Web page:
Last reviewed: January 12, 2022
By default, this component displays the page's actual Title, as set in Properties, and is automatically updated if that is changed.
As a best practice, and to meet accessibility guidelines, a Heading 1 titles is required on every page.
In general, Titles must be used hierarchically; e.g.,
The pencil icon provides in-place access to change the heading title. When done, click anywhere off the component to save your changes, or push the Escape key to cancel.
The wrench icon provides access to change all settings.
By default, the Title starts as a Heading 1 and is blank.
Title - Edit this field to change the text displayed in the heading.
Type/Size - Select from these options. Font color and size is pre-set (see examples at right).
When the Flex Module or a carousel do not quite meet your needs, the Heading 5 option allows authors to create the look of a module using other components with the combination still matching other modules on the page.
Link - Enter a URL here to turn the title into a clickable hyperlink. Use the magnifying glass to browse for a target page within the UBCMS.
Open in new window - This optional setting forces the clicked link to open in a new browser tab or window.
Exclude from "on this page" lists - This optional setting prevents this title from being included in the On This Page component (see the live example in the right sidebar).
ID - Enter a character string to identify this title as a link anchor so another page can link here.
To meet accessibility requirements, every page must have an H1 heading (e.g. using the Title component).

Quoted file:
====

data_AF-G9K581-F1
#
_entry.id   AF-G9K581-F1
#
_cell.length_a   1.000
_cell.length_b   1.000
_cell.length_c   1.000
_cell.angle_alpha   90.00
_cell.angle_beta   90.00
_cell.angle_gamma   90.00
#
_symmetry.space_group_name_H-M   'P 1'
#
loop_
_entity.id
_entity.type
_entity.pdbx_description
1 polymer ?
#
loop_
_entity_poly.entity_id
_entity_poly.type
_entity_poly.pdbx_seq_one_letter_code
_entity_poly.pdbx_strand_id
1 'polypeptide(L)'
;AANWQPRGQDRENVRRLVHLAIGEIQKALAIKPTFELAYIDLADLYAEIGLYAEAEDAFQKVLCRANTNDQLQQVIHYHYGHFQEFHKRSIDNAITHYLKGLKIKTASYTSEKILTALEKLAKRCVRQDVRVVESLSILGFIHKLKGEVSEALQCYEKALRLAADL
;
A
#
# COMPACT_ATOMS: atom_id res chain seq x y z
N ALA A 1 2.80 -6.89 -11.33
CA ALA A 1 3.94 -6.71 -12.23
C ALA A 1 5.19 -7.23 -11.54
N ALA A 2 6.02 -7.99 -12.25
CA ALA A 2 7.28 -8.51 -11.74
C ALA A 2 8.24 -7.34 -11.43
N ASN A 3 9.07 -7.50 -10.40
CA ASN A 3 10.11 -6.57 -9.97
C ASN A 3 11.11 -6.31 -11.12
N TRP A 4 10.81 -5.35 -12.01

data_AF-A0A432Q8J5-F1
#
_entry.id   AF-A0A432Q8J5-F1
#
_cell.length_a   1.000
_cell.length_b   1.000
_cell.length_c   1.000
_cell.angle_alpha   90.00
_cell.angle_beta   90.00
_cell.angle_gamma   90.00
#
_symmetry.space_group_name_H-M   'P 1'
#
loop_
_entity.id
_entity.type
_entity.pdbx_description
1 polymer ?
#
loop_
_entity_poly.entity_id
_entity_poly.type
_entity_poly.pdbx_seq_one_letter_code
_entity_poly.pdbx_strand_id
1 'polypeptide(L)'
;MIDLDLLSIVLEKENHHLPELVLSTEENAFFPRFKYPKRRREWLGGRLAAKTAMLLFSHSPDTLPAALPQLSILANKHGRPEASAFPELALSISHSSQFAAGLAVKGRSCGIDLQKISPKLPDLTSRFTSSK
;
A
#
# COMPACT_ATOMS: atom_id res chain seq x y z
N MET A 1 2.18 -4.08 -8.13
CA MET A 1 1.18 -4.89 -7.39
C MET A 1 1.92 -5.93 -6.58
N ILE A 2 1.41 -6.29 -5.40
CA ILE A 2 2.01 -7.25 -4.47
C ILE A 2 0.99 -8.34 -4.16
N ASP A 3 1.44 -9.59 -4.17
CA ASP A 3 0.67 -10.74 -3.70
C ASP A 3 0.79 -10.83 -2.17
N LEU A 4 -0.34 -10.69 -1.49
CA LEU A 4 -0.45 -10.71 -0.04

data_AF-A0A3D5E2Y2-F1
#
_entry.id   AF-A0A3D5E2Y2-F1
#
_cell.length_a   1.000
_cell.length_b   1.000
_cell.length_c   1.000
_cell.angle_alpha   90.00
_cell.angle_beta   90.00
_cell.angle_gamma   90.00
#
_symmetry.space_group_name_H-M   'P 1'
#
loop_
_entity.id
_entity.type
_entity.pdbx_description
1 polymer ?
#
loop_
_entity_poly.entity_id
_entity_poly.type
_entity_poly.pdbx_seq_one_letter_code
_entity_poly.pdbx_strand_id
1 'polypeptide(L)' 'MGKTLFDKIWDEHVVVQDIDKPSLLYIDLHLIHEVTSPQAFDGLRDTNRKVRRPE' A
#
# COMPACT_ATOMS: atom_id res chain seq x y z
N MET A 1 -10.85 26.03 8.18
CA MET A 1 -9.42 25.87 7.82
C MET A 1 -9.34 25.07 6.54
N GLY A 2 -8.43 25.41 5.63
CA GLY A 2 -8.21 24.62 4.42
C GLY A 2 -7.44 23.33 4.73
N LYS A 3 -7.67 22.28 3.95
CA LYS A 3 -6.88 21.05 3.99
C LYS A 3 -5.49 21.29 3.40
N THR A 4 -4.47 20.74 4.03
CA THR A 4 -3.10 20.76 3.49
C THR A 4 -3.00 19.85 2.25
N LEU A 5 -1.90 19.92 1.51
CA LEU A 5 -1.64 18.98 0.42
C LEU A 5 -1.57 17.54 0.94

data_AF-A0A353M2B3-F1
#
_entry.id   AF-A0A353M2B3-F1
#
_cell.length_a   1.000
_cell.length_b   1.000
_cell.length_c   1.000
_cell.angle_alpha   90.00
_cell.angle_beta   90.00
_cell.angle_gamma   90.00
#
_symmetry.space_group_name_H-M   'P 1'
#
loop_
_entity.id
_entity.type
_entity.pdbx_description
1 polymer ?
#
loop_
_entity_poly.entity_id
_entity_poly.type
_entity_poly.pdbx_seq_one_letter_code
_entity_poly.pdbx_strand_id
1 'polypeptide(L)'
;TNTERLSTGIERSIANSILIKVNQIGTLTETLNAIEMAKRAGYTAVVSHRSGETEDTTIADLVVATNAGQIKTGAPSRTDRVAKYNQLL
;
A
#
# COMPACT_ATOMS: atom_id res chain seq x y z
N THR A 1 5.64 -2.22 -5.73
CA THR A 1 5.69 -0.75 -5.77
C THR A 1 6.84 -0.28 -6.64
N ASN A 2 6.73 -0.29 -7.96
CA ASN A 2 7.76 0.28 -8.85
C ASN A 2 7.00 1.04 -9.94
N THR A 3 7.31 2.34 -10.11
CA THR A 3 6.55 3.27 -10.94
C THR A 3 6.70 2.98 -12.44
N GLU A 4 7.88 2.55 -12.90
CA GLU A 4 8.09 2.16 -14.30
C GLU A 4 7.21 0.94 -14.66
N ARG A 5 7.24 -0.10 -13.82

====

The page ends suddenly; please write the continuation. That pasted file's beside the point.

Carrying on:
Sometimes it is preferable for stylistic reasons not to show the main heading, especially on a home page. In such cases, a Properties setting allows the Header container to instead supply the 'Heading 1' title, and be visible to assistive technology such as screen readers.
Headings, provided by the UBCMS Title component, provide structure to the content on your Web pages. They break up your content into meaningful sections, define its hierarchical structure and provide handy anchors for deep linking or the On This Page component. WebAIM.org calls this semantic structure. Done effectively, this structure allows humans, screen readers and automated search engines to easily digest your page.
Best practice: To facilitate navigation and understanding of the overall document structure by both users and search engines, headings should be nested; e.g., one H1 followed by one or more H2's, each H2 followed by one or more H3's, each H3 followed by one or more H4's, and no jumps of more than one step (e.g. an H2 should not be followed by an H4).
Link text should describe where the link will take the user in a manner that is appropriate to the context on your page and also the target page. This is also true for images that act as links.
Best practice: Avoid meaningless standalone phrases like "click here", "see all" and "learn more".
Links in many components can be set to open in a new browser window (or tab). The user can thus explore the new page, while preserving the source page (and your website) in the original tab. However, this can be confusing if the user does not realize a new tab has opened. They may become lost, confused how they arrived on that new page and unable to return to your site.
Best practice: let the user control their experience and stay in the same tab, with two notable exceptions:
Accents, emojis and other 'smart characters' can be pasted from Word or another website, or can be created using Alt code shortcuts.
Please be thoughtful in your use of special characters. Some may be correct but display awkwardly on the page, while emoji meanings vary markedly from culture to culture and a poor but well-intentioned choice may confuse or even upset your audience.